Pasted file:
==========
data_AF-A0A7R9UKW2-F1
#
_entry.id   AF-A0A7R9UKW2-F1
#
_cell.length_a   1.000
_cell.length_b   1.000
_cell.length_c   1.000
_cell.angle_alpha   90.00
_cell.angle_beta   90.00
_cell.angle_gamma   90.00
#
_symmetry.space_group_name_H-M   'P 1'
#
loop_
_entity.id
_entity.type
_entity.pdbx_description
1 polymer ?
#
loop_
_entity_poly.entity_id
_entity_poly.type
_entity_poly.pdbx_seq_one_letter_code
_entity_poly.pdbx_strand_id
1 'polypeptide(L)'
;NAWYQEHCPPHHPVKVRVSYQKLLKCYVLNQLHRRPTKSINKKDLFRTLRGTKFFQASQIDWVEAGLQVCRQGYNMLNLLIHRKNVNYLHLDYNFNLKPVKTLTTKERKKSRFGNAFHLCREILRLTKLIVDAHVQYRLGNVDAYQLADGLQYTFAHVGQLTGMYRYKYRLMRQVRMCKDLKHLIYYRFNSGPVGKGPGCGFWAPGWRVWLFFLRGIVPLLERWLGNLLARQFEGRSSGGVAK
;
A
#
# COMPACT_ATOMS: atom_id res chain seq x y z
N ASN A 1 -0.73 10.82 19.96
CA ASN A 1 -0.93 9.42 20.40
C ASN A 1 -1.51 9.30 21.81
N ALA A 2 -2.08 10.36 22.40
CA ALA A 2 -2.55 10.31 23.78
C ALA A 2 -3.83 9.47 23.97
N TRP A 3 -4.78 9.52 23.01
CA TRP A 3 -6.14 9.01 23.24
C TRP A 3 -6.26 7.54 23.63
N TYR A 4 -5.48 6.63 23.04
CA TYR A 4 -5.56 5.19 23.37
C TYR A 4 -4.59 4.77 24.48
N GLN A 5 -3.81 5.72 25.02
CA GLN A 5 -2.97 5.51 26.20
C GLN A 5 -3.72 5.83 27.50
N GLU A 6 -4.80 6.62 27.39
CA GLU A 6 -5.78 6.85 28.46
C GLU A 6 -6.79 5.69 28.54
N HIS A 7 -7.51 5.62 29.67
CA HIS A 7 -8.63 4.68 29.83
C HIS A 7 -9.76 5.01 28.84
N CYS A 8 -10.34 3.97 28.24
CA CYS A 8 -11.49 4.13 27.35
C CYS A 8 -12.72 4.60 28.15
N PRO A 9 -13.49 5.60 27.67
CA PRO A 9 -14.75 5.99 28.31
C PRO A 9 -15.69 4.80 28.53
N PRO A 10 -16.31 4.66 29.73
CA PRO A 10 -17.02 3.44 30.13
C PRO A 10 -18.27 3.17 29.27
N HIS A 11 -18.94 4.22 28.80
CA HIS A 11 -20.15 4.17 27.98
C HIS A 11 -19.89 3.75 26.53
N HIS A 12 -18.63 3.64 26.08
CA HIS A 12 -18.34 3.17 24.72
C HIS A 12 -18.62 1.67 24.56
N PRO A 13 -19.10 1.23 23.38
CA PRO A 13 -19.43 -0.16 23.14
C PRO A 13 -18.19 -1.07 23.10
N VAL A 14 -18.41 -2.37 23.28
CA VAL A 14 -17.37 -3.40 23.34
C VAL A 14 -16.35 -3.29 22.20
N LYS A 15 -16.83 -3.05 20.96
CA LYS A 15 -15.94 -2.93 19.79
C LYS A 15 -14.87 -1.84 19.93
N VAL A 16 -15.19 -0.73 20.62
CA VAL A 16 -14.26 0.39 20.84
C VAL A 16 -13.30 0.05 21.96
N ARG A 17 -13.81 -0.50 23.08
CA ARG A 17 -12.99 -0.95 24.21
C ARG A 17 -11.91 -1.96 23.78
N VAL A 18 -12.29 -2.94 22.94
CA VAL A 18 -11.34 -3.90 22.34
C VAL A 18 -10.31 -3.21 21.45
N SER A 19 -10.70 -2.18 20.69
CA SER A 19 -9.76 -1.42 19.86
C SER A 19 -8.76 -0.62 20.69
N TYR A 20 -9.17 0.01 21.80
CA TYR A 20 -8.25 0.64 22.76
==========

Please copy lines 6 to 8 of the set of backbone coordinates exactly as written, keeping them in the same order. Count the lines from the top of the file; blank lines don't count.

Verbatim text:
_cell.length_b   1.000
_cell.length_c   1.000
_cell.angle_alpha   90.00